“Eastern Entrance to Norwood Tunnel near Kiverton Park”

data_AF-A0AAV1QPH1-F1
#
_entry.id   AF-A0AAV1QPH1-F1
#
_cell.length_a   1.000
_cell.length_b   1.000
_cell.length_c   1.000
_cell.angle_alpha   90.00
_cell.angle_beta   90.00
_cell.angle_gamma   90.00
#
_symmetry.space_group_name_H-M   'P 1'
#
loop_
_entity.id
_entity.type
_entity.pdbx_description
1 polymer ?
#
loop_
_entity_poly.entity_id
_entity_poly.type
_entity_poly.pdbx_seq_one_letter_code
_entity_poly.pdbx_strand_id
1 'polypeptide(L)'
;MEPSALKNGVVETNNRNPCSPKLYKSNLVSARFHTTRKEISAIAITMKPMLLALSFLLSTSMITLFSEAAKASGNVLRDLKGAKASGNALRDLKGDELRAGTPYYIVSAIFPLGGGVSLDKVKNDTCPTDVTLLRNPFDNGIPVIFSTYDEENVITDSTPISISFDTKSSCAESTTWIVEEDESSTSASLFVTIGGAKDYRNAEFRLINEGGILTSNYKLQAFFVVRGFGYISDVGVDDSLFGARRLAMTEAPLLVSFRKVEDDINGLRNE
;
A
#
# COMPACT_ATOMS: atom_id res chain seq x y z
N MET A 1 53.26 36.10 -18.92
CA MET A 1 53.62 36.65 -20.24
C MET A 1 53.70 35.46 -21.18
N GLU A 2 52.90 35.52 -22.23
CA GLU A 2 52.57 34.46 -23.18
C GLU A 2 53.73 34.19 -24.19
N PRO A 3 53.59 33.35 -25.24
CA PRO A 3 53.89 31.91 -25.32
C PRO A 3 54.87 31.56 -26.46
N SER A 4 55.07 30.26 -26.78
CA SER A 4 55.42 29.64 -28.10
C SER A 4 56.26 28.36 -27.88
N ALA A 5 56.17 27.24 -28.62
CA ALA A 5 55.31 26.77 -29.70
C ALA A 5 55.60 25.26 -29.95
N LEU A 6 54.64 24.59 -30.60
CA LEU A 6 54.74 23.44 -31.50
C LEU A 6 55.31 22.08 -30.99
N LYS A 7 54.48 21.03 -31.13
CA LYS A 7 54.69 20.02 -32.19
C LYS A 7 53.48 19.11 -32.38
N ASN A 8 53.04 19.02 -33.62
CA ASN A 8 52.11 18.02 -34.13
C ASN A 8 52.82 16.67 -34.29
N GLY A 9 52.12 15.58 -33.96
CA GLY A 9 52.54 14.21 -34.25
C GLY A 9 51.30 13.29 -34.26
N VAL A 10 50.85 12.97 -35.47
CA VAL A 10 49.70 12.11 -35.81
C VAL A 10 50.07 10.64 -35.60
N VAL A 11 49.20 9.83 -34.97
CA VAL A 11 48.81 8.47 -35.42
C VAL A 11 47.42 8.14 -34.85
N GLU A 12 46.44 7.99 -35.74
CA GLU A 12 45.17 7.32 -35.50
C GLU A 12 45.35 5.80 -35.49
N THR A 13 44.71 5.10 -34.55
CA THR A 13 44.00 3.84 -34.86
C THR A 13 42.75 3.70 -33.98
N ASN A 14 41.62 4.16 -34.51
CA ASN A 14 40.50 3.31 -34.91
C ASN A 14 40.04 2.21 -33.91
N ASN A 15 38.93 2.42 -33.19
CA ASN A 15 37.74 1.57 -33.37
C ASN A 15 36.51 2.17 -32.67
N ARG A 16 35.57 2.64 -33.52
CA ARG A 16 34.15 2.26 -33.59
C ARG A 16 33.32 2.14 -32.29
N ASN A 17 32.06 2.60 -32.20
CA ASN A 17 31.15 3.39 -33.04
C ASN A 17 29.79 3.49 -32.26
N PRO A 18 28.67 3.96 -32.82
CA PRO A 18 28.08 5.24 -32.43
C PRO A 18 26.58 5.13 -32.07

The Chesterfield Canal was con­struc­ted between 1771 and 1777 at the height of the Industrial Revolution, with its rap­idly increas­ing use of steam power. These two devel­op­ments, together with numer­ous tech­nical and mech­an­ical innov­a­tions, res­ul­ted in a grow­ing and  insa­ti­able appet­ite for coal, Iron and other heavy raw mater­i­als.  Likewise, the car­riage of fin­ished products to home and export mar­kets was being hampered by the trans­port logist­ics of the day: access to main artery of the North Midlands, the Trent, was lim­ited to horse and cart or sub­ject to the whims of the Idle and other small rivers.  Under the Leadership of the Duke of Newcastle and sev­eral other large land­lords, who owned min­eral rights – and with the sup­port of local towns along the pro­posed route- “The Company of Proprietors of the Canal Navigation from Chesterfield to the River Trent” was incor­por­ated in 1771.  The share cap­ital raised was £100,000.  The Company appoin­ted James Brindley as its Chief Engineer.  Originally the plan had been for ‘narrow boats’ (requir­ing 7ft locks) only, but nine share­hold­ers funded the extra cost of installing ’broad locks’ (14ft) as far as Retford.  Apart from allow­ing a far cheaper deliv­ery of coal (which halved in price), the canal was  also to  build up a thriv­ing trade a wide range of car­goes includ­ing iron, lead, sand, cement, gravel, bricks, timber and later, ‘wark’  (a kind of mud used in the cut­lery and other trades).  And it was carry stone from the South Anston quar­ries to the Trent (and hence to London via the coast and Thames) which was used to con­struct the then new Houses of Parliament we know today. The busi­ness traded prof­it­ably up to around 1845, at one point paying a dividend of 7%!